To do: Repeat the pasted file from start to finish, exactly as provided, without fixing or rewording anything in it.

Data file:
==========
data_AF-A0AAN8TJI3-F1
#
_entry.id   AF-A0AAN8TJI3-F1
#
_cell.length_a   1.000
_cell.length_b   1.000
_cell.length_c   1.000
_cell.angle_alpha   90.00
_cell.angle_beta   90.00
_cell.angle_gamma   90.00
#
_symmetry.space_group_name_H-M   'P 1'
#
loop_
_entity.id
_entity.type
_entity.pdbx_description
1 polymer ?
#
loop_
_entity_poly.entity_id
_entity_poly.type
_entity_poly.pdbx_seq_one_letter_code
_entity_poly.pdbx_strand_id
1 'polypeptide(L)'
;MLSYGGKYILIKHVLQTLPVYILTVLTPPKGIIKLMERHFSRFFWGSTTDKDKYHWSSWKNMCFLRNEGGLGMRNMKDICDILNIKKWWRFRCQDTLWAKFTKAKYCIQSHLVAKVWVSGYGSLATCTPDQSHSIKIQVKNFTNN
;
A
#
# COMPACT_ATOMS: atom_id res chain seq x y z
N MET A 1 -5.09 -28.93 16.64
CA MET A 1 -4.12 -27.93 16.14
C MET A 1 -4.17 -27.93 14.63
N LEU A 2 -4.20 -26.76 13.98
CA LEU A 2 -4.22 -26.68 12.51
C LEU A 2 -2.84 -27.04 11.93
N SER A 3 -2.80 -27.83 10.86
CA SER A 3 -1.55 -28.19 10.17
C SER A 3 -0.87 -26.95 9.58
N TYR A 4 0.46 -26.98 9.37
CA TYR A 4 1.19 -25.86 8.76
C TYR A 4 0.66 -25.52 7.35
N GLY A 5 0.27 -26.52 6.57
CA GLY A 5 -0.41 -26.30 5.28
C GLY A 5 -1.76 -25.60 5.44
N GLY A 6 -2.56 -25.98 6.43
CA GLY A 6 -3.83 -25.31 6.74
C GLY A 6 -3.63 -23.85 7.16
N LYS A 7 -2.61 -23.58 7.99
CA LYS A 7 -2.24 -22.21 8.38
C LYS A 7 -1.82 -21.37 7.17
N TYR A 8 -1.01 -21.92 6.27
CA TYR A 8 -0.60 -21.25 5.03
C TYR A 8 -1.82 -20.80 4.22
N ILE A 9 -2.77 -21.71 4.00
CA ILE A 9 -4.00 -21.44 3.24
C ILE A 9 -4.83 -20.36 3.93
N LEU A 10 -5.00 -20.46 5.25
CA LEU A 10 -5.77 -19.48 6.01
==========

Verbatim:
data_AF-A0AAN8TJI3-F1
#
_entry.id   AF-A0AAN8TJI3-F1
#
_cell.length_a   1.000
_cell.length_b   1.000
_cell.length_c   1.000
_cell.angle_alpha   90.00
_cell.angle_beta   90.00
_cell.angle_gamma   90.00
#
_symmetry.space_group_name_H-M   'P 1'
#
loop_
_entity.id
_entity.type
_entity.pdbx_description
1 polymer ?
#
loop_
_entity_poly.entity_id
_entity_poly.type
_entity_poly.pdbx_seq_one_letter_code
_entity_poly.pdbx_strand_id
1 'polypeptide(L)'
;MLSYGGKYILIKHVLQTLPVYILTVLTPPKGIIKLMERHFSRFFWGSTTDKDKYHWSSWKNMCFLRNEGGLGMRNMKDICDILNIKKWWRFRCQDTLWAKFTKAKYCIQSHLVAKVWVSGYGSLATCTPDQSHSIKIQVKNFTNN
;
A
#
# COMPACT_ATOMS: atom_id res chain seq x y z
N MET A 1 -5.09 -28.93 16.64
CA MET A 1 -4.12 -27.93 16.14
C MET A 1 -4.17 -27.93 14.63
N LEU A 2 -4.20 -26.76 13.98
CA LEU A 2 -4.22 -26.68 12.51
C LEU A 2 -2.84 -27.04 11.93
N SER A 3 -2.80 -27.83 10.86
CA SER A 3 -1.55 -28.19 10.17
C SER A 3 -0.87 -26.95 9.58
N TYR A 4 0.46 -26.98 9.37
CA TYR A 4 1.19 -25.86 8.76
C TYR A 4 0.66 -25.52 7.35
N GLY A 5 0.27 -26.52 6.57
CA GLY A 5 -0.41 -26.30 5.28
C GLY A 5 -1.76 -25.60 5.44
N GLY A 6 -2.56 -25.98 6.43
CA GLY A 6 -3.83 -25.31 6.74
C GLY A 6 -3.63 -23.85 7.16
N LYS A 7 -2.61 -23.58 7.99
CA LYS A 7 -2.24 -22.21 8.38
C LYS A 7 -1.82 -21.37 7.17
N TYR A 8 -1.01 -21.92 6.27
CA TYR A 8 -0.60 -21.25 5.03
C TYR A 8 -1.82 -20.80 4.22
N ILE A 9 -2.77 -21.71 4.00
CA ILE A 9 -4.00 -21.44 3.24
C ILE A 9 -4.83 -20.36 3.93
N LEU A 10 -5.00 -20.46 5.25
CA LEU A 10 -5.77 -19.48 6.01